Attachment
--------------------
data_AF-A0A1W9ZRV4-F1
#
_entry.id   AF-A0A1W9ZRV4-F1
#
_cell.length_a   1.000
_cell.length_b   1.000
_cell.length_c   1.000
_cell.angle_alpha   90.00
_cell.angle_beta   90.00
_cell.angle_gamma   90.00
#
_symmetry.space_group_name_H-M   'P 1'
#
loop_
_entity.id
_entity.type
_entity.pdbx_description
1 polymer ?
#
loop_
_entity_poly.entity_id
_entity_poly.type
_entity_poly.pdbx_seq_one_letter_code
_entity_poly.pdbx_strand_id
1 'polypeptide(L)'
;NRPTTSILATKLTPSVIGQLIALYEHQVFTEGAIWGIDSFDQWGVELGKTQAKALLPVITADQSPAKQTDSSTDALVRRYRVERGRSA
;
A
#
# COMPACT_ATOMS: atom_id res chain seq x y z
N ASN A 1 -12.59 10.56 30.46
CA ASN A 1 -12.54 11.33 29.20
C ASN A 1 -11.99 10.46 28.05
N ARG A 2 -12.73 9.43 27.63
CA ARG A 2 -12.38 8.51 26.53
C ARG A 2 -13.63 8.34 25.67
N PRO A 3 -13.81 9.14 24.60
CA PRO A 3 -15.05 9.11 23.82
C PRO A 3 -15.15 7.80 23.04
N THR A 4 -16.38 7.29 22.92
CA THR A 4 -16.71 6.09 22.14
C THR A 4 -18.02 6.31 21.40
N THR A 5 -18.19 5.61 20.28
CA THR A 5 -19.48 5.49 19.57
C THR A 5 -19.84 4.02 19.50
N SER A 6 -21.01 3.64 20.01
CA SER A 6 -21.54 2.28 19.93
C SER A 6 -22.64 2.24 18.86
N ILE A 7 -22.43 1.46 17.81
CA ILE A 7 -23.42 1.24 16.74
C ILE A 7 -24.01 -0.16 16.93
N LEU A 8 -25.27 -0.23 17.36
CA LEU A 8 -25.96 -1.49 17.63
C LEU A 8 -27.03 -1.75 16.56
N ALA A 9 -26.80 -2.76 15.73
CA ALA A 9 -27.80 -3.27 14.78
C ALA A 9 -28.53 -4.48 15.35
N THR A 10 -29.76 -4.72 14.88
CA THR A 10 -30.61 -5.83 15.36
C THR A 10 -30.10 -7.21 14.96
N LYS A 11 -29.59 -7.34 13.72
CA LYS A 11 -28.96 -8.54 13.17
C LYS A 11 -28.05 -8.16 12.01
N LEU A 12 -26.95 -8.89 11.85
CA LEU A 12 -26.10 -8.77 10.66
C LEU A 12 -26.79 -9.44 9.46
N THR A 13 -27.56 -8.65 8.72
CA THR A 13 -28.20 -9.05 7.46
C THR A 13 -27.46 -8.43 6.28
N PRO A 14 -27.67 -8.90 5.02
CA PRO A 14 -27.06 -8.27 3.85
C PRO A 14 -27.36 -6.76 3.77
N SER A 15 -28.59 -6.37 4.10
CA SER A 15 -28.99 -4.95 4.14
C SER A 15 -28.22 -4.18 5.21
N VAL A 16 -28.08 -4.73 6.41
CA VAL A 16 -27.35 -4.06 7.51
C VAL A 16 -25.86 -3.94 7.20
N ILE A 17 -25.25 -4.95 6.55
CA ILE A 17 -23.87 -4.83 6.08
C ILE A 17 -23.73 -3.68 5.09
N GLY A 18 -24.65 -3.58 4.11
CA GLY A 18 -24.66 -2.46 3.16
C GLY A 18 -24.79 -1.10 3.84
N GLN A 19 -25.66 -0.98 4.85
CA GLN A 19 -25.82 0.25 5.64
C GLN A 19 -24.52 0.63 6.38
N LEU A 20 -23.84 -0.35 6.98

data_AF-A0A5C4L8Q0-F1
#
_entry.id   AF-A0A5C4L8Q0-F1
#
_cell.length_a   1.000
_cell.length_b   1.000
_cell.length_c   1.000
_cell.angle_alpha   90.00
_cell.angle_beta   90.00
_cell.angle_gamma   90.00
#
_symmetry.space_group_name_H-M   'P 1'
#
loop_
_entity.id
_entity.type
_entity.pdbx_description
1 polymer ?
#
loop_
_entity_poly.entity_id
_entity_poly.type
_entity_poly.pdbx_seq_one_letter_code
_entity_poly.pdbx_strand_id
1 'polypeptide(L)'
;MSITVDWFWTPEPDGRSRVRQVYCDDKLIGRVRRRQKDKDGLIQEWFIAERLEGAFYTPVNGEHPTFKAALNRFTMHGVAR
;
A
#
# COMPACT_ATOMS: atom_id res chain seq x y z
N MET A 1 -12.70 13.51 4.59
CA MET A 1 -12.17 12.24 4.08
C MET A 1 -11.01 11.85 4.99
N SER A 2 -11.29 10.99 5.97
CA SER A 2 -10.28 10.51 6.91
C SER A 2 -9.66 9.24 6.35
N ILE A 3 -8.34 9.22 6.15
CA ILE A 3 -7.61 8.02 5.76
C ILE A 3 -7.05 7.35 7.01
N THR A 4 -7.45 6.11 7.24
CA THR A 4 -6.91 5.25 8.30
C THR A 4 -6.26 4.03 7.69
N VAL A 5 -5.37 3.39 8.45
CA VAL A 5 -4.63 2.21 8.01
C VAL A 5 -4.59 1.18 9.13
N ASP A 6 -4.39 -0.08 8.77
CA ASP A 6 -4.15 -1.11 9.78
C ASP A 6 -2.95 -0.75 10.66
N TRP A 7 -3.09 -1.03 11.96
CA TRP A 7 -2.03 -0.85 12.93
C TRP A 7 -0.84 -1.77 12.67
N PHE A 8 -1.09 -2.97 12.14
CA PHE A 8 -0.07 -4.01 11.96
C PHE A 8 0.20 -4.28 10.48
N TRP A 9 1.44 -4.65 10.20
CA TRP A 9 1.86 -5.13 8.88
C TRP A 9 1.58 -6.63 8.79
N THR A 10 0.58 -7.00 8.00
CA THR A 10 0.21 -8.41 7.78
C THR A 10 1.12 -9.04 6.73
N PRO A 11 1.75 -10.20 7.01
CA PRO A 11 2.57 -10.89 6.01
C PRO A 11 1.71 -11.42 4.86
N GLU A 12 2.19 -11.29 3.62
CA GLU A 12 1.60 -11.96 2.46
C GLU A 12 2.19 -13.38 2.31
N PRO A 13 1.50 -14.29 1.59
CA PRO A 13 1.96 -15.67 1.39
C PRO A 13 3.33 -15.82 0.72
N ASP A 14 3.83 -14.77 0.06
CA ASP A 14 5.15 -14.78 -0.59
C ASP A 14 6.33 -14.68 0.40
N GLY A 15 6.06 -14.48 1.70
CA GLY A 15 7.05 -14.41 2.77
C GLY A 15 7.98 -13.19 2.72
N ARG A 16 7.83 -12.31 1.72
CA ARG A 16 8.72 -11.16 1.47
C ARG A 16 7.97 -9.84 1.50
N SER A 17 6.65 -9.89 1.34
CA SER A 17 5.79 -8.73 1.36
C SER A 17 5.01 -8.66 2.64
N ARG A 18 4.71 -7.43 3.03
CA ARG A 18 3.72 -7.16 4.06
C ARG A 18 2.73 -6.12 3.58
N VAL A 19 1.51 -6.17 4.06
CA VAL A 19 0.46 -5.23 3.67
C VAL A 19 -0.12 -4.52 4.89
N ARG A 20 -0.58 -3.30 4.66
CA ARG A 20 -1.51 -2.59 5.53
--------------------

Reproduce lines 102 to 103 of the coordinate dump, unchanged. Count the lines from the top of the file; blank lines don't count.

loop_
_entity.id